TUESDAY, Oct. 18, 2022 (HealthDay News) — The balance of risks and benefits is unclear for opioids compared with placebo, acetaminophen, nonsteroidal anti-inflammatory drugs (NSAIDs), and local or systemic anesthetics prescribed for musculoskeletal pain in the emergency department setting, according to a review published online Oct. 18 in the Annals of Internal Medicine.
Caitlin M.P. Jones, from the University of Sydney in Australia, and colleagues examined the comparative effectiveness and harms of prescribing opioids for musculoskeletal pain in the emergency department setting in a review of randomized controlled trials of any opioid analgesic compared to placebo or a nonopioid analgesic administered to adults. Data were included for 42 articles, with 6,128 participants.
The researchers found that opioids were statistically but not clinically more effective for short-term pain reduction compared with placebo and acetaminophen, but were no more effective than NSAIDs or local or systemic anesthetics in the emergency department. Compared with placebo, acetaminophen, or NSAIDs, opioids may carry higher risks for harms, although the evidence is uncertain. No evidence of difference in harms associated with local or systemic anesthetics was seen.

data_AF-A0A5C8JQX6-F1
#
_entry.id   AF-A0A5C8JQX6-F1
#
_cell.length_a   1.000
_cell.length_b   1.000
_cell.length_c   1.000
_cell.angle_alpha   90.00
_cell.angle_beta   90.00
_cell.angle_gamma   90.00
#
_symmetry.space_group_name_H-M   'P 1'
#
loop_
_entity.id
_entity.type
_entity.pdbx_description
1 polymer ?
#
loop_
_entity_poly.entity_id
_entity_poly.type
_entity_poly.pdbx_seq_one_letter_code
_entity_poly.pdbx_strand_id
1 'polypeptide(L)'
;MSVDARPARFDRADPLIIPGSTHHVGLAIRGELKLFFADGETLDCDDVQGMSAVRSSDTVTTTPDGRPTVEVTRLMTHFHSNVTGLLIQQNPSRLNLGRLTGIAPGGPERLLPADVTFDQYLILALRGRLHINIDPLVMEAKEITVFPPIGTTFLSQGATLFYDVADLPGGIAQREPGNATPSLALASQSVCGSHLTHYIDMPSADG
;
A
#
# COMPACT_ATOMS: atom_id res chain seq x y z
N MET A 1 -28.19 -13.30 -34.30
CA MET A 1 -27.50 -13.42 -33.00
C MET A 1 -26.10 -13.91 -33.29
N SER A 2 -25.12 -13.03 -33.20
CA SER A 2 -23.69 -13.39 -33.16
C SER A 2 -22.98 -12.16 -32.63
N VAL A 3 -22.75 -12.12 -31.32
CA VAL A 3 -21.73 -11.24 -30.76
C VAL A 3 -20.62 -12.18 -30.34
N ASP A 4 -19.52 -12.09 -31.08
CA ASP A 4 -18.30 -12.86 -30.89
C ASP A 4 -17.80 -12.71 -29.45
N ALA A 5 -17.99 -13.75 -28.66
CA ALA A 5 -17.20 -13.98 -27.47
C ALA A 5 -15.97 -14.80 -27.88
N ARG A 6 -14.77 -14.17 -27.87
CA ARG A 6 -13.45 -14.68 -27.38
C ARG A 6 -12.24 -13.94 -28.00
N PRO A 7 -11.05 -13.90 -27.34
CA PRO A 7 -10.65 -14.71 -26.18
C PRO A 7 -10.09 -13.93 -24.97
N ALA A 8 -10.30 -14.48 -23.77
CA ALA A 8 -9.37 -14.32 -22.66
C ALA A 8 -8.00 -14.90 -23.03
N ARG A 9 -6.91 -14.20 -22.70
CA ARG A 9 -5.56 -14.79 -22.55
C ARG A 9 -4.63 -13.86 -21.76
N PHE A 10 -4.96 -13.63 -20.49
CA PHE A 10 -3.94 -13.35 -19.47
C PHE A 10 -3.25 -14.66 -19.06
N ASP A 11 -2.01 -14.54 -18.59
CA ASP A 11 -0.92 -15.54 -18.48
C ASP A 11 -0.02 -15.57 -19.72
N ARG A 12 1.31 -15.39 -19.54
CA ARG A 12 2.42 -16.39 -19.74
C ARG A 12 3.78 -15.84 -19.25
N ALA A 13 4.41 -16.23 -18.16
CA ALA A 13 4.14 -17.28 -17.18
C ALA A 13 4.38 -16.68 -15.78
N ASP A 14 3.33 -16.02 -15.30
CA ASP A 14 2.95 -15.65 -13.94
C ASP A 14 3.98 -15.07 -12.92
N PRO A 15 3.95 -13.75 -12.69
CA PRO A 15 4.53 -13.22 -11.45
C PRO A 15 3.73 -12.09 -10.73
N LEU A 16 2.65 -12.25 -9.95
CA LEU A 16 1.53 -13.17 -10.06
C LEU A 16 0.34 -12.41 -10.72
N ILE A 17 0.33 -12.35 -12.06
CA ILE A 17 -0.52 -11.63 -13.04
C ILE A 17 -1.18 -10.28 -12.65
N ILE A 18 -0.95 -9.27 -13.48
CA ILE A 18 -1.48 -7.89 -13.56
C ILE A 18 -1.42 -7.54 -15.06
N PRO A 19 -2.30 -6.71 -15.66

“Opioids may have pain outcomes equivalent to those of NSAIDs, but evidence on comparisons of harms is very uncertain and heterogeneous,” the authors write. “There is an urgent need for more studies on opioids prescribed in the emergency department and upon discharge.”
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